I went to see this movie with my daughter who is 14 years old. She pointed out that her generation may view race a little differently. She helped me see that some of this is about class and economic privilege. She pointed out that the title of the movie probably should have been named" Dear White and Black people who are confused about being Black". My daughter also pointed out there was a strong hint of homophobic behavior towards the only character in the movie who was presumably gay. Which was interesting sense the movie was primarily about race. My daughter began to say that you can be gay or straight but you can't hide from racism. To be honest I'm not sure how I felt about this movie. There was some parts that hit home. For example when the school president explained that racism was over. Which if was true then we would have not seen this movie in the first place. The movie left me asking okay what about after college. So maybe just maybe there will be a Dear White People part 2. I guess Colleges/Universities are suppose to me a microcosm of the real world around us however after graduation things can get a little more complicated. What was interesting is if you didn't catch it at the end when the credits were rolling there were pictures of white people in black face. I have been growing in my understanding of the gross ignorance around race/racism. The fact is people are generally ignorant on the subtleties and covert ways in which racism still plays a major role in our society. The movie at least gives us an opportunity to dialogue. said...

I did see the credits at the end and the white students in black face. So the premise of the movie - with regard to the party - was based in fact.

A few years ago at the college where i work, some white students left a noose on a black student's dorm door. Like in the movie they thought it as a "joke" (how they could ever think that I don't know) which shows (1) our lack of connection to history (2) an how shallow some white folks' understanding of racism really is.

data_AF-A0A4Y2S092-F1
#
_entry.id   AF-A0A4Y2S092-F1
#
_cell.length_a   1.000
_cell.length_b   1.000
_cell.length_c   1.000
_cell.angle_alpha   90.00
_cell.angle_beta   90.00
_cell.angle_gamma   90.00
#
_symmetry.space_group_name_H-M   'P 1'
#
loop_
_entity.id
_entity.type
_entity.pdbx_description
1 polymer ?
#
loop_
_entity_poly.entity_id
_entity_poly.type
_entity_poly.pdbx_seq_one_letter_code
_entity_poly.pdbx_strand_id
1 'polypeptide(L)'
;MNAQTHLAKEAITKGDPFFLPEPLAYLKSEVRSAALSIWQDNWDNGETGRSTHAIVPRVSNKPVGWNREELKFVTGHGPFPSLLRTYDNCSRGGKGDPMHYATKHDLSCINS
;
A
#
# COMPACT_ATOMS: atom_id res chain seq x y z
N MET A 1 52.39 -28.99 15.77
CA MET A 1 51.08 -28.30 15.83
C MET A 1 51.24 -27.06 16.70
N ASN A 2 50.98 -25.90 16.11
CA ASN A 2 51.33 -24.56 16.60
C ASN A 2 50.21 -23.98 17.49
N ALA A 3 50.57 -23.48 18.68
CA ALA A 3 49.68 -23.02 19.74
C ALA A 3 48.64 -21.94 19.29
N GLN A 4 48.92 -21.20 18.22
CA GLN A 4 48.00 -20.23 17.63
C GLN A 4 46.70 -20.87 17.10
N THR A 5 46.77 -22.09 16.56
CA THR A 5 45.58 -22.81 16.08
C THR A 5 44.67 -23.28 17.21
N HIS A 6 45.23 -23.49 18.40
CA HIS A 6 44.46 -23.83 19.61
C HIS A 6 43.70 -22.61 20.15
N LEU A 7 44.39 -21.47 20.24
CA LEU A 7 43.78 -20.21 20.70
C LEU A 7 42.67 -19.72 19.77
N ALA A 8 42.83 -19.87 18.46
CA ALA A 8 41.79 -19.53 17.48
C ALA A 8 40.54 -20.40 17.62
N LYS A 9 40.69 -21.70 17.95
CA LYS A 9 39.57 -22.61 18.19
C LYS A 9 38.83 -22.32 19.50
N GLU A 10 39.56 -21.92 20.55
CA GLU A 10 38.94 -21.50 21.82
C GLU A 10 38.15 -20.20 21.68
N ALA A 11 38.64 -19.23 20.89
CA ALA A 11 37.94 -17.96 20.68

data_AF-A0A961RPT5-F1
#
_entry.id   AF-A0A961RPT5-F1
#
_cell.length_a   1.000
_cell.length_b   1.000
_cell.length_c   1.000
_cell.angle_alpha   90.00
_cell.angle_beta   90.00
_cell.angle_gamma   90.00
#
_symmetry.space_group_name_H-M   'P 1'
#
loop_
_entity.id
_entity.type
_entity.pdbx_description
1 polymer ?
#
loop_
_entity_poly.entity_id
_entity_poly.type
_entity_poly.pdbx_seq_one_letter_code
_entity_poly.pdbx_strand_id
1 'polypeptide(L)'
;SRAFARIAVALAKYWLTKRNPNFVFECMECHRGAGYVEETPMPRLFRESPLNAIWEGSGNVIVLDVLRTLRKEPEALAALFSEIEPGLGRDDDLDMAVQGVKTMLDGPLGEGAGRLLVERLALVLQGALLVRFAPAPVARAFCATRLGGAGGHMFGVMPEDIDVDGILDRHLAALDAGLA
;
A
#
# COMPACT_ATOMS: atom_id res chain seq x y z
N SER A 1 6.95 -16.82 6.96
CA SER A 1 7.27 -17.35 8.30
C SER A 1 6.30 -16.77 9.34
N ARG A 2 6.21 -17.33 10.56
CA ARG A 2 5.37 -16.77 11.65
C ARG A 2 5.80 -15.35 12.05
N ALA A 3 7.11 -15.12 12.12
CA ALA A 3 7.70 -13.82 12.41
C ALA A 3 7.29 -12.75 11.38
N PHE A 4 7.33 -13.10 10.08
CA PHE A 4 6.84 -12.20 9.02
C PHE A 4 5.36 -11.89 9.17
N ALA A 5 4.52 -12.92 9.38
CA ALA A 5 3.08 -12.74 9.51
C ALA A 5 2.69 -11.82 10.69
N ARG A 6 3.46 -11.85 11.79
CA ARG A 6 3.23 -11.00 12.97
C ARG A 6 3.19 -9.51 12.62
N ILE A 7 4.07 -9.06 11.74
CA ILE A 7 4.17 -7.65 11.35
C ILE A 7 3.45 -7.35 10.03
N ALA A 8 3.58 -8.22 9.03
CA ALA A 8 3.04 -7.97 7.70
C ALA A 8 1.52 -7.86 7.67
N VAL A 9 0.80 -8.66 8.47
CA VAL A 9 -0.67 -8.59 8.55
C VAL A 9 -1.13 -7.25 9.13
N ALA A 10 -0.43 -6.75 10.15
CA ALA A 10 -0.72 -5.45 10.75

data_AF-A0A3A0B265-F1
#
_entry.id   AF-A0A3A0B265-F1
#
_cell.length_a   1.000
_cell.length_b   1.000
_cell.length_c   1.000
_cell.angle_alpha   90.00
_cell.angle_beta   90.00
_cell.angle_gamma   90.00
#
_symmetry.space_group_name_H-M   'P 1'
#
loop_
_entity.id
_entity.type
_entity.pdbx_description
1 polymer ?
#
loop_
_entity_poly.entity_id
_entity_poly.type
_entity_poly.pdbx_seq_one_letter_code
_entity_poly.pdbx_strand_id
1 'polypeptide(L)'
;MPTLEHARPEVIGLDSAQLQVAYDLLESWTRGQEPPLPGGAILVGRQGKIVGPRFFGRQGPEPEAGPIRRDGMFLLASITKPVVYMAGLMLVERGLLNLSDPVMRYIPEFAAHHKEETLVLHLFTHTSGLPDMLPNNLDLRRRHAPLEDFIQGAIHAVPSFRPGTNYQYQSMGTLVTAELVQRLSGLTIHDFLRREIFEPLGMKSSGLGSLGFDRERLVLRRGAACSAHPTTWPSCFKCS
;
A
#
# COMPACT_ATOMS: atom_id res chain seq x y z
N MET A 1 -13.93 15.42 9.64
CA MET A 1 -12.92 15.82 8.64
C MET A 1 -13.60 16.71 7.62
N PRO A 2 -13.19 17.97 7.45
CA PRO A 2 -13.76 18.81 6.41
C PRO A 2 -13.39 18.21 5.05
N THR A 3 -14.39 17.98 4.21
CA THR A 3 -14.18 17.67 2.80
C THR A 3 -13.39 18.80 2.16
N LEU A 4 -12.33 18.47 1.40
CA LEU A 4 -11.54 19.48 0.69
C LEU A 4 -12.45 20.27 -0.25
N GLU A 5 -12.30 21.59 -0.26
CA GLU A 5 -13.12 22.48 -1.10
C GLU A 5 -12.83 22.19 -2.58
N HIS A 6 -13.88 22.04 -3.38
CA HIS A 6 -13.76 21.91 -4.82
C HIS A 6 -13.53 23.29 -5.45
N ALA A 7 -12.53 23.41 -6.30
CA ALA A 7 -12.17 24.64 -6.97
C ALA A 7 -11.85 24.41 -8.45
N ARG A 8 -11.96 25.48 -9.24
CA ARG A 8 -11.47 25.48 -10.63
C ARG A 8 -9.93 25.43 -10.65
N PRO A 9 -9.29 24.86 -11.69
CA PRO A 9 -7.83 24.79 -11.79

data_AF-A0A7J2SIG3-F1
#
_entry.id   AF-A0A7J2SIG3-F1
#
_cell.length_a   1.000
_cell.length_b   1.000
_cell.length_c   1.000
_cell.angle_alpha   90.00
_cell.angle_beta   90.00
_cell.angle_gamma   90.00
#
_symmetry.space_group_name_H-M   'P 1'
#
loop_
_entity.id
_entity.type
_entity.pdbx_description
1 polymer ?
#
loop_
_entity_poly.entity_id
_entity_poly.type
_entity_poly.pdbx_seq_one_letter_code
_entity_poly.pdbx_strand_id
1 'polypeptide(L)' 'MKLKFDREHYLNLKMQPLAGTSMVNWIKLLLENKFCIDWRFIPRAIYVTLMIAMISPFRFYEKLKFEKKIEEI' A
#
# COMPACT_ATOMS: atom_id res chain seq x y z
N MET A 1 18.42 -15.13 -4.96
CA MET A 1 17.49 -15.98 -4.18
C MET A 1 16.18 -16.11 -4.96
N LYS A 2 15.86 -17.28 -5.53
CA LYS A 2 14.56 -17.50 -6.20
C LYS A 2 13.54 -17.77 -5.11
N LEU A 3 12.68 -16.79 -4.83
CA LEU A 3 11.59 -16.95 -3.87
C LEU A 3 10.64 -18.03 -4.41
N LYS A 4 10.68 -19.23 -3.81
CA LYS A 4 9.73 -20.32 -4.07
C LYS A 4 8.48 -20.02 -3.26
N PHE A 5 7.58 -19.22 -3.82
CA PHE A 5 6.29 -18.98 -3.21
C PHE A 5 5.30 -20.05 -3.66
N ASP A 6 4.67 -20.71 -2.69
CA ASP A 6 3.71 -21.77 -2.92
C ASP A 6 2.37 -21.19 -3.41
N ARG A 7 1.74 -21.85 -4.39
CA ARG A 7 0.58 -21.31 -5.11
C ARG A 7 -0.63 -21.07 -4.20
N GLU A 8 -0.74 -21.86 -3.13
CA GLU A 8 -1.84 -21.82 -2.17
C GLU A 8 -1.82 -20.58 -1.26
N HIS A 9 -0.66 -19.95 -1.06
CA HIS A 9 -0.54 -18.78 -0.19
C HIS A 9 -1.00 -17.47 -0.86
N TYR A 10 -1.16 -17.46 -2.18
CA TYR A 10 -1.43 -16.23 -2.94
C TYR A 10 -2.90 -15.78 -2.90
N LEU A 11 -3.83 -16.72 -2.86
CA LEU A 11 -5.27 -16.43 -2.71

BTW the white students were expelled.

Idalia Adan said...

Hey Dr. Boyd!

I really appreciated your blog on the film. I have been uncertain on whether or not I wanted to see it myself.. Reading your take on it as well as others has me intrigued. I am going to check out the film finally! I agree with your view points on how racism is viewed today. I have to say I am guilty of being naive at times about it. I am Puertorican and Cuban;being raised in Latino culture, the presence of racism can be very strong within our group. What I didn't realize growing up, however, is that my family is predominantly very white. (skin complexion) I have blue eyes and dirty blond hair with very light skin. I didn't realize that I have 'white privilege.' I thought that because I am Puertorican and Cuban I was a minority. Although, technically my ethnicity allows me to check off that box, when I walk into a store or speak to an officer I am treated differently than my friends or cousins who are darker.

It's just interesting to think about. I know people who still don't get it. Yea I am Latina, but this film is directed to me as well.